Apart, yet together
July 2, 2020 | View PDF
Amidst the Covid-19 pandemic, Shafter High School sent their senior class across the stage, ending what was an unprecedented school year where a graduation ceremony had seemed unlikely just a couple of months ago.
Wednesday, June 24, at the Shafter High Football stadium, the Class of 2020 received their diplomas, opening the next chapter in their lives.
Each senior was allowed two guests who could be seated with them on the football field. The bleachers were empty, with the full area of the football field being utilized. As the students' names were read, the student and his or her guests walked to the front of the dais, ending at the end of the stage where a photographer wait to take their picture.
Principal Russell Shipley gave a few opening remarks and introduced Student Body President Jackson Sanchez. Sanchez told the crowd that the Class of 2020 faced a year like no other in the history of Shafter High. "It started out amazing, with a big win against Wasco on this field," he said. "When 2020 hit, that is where everything would never be the same again."
Sanchez said that with everything that has gone on in the world, the fact that they made it through is a statement on how special this class is. "I honestly didn't even think that we would get this graduation, but here we are, and we look pretty darned good," he said. "If this year has taught us anything is that we can make it through whatever life throws at us. I love you Class of 2020."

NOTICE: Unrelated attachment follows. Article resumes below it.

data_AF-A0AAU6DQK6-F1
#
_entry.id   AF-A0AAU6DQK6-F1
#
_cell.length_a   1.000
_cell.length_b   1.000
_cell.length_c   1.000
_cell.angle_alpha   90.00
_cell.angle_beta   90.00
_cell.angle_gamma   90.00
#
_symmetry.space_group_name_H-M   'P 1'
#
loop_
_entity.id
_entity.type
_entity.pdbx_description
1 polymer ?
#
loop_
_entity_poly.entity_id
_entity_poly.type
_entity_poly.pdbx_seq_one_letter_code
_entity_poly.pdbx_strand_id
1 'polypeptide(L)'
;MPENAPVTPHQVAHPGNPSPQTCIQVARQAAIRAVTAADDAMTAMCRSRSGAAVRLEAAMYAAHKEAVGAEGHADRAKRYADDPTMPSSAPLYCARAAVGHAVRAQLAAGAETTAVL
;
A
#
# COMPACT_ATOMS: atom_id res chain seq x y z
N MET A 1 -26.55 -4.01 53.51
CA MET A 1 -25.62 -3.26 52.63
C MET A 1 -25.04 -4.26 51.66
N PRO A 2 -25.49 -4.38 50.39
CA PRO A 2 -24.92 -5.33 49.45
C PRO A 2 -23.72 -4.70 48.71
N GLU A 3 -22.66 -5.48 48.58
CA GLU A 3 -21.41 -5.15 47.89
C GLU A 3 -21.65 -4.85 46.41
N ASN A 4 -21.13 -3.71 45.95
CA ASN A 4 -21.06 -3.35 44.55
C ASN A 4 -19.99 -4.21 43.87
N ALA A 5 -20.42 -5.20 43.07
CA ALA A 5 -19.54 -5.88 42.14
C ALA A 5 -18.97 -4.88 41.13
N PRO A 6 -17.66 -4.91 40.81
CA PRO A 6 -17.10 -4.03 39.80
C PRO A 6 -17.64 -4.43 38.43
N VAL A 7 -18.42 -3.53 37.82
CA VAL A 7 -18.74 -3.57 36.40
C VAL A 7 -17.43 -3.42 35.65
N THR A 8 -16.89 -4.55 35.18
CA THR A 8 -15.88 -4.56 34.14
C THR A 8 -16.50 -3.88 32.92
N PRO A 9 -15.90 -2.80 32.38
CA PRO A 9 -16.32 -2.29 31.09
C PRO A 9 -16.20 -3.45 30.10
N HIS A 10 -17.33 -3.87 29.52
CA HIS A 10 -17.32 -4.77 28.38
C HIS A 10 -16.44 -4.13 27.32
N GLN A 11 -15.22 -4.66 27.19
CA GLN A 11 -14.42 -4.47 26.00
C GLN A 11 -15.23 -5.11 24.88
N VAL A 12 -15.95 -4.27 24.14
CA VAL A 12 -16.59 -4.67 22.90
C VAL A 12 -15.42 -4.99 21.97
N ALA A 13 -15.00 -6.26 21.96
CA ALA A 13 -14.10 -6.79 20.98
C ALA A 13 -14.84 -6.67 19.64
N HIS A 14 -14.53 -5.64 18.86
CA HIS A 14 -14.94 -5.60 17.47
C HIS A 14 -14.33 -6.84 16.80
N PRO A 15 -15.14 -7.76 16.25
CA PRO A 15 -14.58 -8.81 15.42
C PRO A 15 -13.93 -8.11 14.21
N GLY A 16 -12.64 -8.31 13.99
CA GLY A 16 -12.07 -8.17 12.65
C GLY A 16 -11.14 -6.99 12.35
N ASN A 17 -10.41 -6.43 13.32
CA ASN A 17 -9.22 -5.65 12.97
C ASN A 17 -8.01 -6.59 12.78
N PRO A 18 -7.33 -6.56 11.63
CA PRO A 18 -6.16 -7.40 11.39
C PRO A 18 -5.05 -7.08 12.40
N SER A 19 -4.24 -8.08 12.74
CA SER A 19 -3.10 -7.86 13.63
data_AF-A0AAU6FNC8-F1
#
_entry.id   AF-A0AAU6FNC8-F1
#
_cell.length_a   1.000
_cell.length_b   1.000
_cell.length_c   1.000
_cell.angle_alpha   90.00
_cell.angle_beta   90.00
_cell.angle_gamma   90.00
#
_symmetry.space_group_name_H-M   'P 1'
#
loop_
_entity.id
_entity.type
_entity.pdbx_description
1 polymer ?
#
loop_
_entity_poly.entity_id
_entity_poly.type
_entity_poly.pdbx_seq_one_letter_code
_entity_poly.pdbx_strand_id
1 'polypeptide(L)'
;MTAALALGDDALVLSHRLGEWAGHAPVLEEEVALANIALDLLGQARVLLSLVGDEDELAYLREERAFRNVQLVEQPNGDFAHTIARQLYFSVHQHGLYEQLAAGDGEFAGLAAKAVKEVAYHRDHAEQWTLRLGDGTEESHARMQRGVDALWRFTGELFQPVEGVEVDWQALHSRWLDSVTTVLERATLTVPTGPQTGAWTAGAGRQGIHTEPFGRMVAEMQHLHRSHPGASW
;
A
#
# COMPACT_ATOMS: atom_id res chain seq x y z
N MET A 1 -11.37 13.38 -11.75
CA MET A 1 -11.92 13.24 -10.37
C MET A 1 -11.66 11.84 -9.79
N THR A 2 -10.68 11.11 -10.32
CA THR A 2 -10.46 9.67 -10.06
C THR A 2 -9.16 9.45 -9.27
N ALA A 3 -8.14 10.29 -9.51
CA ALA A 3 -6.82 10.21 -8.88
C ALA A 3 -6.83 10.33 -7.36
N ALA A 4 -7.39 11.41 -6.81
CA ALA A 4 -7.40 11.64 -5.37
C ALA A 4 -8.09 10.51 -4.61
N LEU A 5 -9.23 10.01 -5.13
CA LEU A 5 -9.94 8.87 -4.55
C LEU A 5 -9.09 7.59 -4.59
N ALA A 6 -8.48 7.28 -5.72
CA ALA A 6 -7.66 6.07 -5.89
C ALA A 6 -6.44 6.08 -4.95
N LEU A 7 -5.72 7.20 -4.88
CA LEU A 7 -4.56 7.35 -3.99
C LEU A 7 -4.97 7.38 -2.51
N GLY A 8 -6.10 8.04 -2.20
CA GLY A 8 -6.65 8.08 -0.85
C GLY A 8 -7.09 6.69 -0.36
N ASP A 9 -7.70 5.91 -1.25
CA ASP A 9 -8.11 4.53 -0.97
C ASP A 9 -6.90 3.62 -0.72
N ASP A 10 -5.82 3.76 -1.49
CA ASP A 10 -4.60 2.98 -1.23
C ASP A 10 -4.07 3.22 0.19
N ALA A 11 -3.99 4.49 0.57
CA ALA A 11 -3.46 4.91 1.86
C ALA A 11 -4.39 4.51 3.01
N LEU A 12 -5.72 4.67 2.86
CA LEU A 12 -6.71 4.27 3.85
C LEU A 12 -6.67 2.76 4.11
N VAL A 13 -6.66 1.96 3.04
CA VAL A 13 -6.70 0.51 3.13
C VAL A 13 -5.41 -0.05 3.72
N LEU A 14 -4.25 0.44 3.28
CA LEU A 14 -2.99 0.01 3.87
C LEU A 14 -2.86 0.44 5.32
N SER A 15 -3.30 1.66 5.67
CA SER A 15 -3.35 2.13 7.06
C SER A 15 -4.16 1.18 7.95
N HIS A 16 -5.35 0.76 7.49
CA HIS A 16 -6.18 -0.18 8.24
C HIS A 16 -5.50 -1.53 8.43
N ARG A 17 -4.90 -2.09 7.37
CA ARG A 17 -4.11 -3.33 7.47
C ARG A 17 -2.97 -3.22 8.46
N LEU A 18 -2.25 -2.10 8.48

Another testament to the perseverance of this class is the record-breaking number of students who are lifetime members of the California Scholastic Federation.There are 59 students in the Class of 2020 who earned this honor.
Another tradition that was honored this year was the decades-long presentation of the Stringham Memorial Awards given out to the top four students ranked in the class. The top student for 2020,with a perfect GPA of 4.50, was Clarissa Vanderpoel. The second-ranked student was Stephenia Ledezma, followed by Ethan Lopez and Rafael Acosta.
Cynthia Brakeman, a member of the Kern High School District Board of Trustees, then addressed the graduates. Brakeman said she understood that there had been obstacles and disappointment this year, and she applauded the class for handling the setbacks with class.
"One thing I would like to encourage you guys to do is, instead of dwelling on the many things that you have missed out on this year, to focus on the fact that you have experienced something that no other class in the history of the district has endured. You will have a story for the ages."
As each student was called,they made their way across the stage one last time as high school seniors. It was a moment of relief and pride, but also a bittersweet one for many of the graduates.
Graduate Eddie Avalos said, when asked if there was any disappointment at the moment, "At first, I didn't think it was a big deal, but once it got closer to graduation time, I honestly started thinking, 'This is it. We will never be able to experience so much of what was supposed to be a part of our senior year.'"
Michelle Gurrola Quinonez commented, "Yeah, the last part of the year kind of sucked, but we did get to have a graduation which is great."
This ceremony and last part of the year was a double-edged sword for many of the students.Although they will be remembered for their perseverance and strength, there will always be a part of them that might have preferred a more traditional end to their high school careers.